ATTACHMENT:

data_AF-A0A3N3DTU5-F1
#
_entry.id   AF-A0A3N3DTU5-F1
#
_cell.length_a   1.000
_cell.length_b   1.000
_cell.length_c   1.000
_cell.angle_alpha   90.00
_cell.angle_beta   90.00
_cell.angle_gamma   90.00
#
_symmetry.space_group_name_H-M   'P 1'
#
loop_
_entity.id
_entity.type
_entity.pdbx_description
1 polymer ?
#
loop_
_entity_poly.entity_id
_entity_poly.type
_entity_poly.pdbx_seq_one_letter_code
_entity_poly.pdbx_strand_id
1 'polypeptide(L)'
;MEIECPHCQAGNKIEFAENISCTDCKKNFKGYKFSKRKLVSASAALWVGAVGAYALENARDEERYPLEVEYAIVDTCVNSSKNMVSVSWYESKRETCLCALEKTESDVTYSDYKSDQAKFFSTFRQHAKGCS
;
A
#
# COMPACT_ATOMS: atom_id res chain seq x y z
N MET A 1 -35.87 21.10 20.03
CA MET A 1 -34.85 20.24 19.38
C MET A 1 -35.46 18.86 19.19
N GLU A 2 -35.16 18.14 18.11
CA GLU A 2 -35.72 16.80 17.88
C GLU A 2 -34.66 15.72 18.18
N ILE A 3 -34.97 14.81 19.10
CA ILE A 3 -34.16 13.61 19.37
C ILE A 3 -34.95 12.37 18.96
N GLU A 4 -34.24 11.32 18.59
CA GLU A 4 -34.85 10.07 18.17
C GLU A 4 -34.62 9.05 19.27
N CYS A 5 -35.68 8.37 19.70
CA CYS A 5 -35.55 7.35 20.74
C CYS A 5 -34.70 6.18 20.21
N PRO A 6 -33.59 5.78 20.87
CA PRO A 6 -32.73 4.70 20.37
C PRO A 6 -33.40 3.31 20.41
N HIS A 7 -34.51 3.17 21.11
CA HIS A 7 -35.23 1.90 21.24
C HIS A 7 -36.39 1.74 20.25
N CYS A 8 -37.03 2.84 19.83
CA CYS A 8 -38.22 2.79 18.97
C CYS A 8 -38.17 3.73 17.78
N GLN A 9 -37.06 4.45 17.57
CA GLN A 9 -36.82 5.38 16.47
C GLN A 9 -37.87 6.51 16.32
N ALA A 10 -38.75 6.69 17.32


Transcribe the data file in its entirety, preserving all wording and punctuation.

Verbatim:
data_AF-A0A3N3DTU5-F1
#
_entry.id   AF-A0A3N3DTU5-F1
#
_cell.length_a   1.000
_cell.length_b   1.000
_cell.length_c   1.000
_cell.angle_alpha   90.00
_cell.angle_beta   90.00
_cell.angle_gamma   90.00
#
_symmetry.space_group_name_H-M   'P 1'
#
loop_
_entity.id
_entity.type
_entity.pdbx_description
1 polymer ?
#
loop_
_entity_poly.entity_id
_entity_poly.type
_entity_poly.pdbx_seq_one_letter_code
_entity_poly.pdbx_strand_id
1 'polypeptide(L)'
;MEIECPHCQAGNKIEFAENISCTDCKKNFKGYKFSKRKLVSASAALWVGAVGAYALENARDEERYPLEVEYAIVDTCVNSSKNMVSVSWYESKRETCLCALEKTESDVTYSDYKSDQAKFFSTFRQHAKGCS
;
A
#
# COMPACT_ATOMS: atom_id res chain seq x y z
N MET A 1 -35.87 21.10 20.03
CA MET A 1 -34.85 20.24 19.38
C MET A 1 -35.46 18.86 19.19
N GLU A 2 -35.16 18.14 18.11
CA GLU A 2 -35.72 16.80 17.88
C GLU A 2 -34.66 15.72 18.18
N ILE A 3 -34.97 14.81 19.10
CA ILE A 3 -34.16 13.61 19.37
C ILE A 3 -34.95 12.37 18.96
N GLU A 4 -34.24 11.32 18.59
CA GLU A 4 -34.85 10.07 18.17
C GLU A 4 -34.62 9.05 19.27
N CYS A 5 -35.68 8.37 19.70
CA CYS A 5 -35.55 7.35 20.74
C CYS A 5 -34.70 6.18 20.21
N PRO A 6 -33.59 5.78 20.87
CA PRO A 6 -32.73 4.70 20.37
C PRO A 6 -33.40 3.31 20.41
N HIS A 7 -34.51 3.17 21.11
CA HIS A 7 -35.23 1.90 21.24
C HIS A 7 -36.39 1.74 20.25
N CYS A 8 -37.03 2.84 19.83
CA CYS A 8 -38.22 2.79 18.97
C CYS A 8 -38.17 3.73 17.78
N GLN A 9 -37.06 4.45 17.57
CA GLN A 9 -36.82 5.38 16.47
C GLN A 9 -37.87 6.51 16.32
N ALA A 10 -38.75 6.69 17.32